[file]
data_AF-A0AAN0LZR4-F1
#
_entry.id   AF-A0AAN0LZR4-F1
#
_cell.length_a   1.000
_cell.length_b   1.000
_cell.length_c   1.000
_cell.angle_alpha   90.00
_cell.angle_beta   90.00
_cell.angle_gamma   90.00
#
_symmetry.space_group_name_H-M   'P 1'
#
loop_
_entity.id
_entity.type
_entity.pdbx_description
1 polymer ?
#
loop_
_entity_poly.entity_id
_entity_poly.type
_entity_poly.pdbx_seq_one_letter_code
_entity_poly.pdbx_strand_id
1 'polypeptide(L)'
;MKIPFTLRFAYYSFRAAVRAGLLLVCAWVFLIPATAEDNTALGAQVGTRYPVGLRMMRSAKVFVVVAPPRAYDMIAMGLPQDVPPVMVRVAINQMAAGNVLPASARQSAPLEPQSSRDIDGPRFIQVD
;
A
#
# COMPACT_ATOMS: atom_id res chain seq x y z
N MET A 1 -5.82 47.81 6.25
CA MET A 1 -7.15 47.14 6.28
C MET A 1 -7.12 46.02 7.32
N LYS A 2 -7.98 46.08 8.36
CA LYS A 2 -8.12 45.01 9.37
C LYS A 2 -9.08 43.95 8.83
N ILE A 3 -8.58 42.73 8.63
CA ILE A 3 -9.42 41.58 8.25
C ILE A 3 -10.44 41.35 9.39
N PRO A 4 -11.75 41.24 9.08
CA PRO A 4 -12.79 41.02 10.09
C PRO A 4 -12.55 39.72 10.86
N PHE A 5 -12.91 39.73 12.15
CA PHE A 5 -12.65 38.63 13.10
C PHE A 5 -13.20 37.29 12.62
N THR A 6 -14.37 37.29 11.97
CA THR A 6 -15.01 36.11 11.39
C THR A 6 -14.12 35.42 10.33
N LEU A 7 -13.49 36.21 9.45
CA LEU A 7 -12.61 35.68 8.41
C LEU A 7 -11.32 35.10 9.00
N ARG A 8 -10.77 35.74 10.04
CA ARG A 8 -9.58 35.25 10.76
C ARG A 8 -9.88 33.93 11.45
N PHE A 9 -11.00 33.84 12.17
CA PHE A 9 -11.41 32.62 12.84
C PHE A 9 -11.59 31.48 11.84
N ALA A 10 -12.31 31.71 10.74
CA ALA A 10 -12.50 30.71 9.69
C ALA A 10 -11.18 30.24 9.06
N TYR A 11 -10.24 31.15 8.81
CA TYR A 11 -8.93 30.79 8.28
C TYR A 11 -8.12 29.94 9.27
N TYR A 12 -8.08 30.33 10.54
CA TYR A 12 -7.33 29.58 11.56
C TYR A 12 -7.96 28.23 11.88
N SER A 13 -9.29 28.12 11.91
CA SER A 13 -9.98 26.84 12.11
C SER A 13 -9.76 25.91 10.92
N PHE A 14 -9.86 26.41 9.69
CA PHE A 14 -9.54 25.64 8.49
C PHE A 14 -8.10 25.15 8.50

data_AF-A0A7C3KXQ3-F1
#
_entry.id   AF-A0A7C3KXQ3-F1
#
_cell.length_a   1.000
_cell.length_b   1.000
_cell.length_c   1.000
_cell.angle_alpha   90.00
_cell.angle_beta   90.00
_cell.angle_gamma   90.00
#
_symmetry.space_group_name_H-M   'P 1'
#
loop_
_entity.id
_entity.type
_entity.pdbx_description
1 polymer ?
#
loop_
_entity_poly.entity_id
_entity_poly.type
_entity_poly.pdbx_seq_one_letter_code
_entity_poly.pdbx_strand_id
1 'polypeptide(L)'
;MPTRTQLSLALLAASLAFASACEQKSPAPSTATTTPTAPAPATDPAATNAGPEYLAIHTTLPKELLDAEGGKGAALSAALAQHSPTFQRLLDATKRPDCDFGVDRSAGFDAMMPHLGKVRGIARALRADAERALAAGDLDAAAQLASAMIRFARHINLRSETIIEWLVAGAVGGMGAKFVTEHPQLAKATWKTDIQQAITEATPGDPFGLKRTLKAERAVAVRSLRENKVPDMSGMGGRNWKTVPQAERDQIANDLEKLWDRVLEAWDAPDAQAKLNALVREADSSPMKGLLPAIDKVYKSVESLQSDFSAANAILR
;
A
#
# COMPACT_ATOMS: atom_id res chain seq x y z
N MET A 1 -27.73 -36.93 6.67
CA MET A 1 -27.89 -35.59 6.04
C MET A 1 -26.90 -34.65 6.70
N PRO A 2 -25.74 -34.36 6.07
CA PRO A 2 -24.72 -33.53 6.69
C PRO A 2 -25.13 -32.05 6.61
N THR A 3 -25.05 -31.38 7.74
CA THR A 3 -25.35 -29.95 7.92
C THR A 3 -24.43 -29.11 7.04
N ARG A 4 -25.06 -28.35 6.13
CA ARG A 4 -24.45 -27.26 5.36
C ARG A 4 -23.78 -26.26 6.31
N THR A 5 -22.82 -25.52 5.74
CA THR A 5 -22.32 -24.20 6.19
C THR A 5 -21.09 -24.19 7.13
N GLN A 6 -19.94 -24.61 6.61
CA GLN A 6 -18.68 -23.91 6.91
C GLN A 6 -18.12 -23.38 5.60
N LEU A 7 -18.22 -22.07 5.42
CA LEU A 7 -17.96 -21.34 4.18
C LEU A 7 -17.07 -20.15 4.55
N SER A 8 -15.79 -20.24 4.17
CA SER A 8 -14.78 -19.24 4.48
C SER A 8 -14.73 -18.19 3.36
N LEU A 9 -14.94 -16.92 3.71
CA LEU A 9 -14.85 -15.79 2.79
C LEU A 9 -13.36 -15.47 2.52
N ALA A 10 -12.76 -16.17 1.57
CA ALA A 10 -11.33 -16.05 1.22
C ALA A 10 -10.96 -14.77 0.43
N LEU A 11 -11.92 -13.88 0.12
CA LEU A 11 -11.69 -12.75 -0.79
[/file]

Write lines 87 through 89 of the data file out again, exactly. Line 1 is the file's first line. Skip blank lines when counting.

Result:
_entity.id
_entity.type
_entity.pdbx_description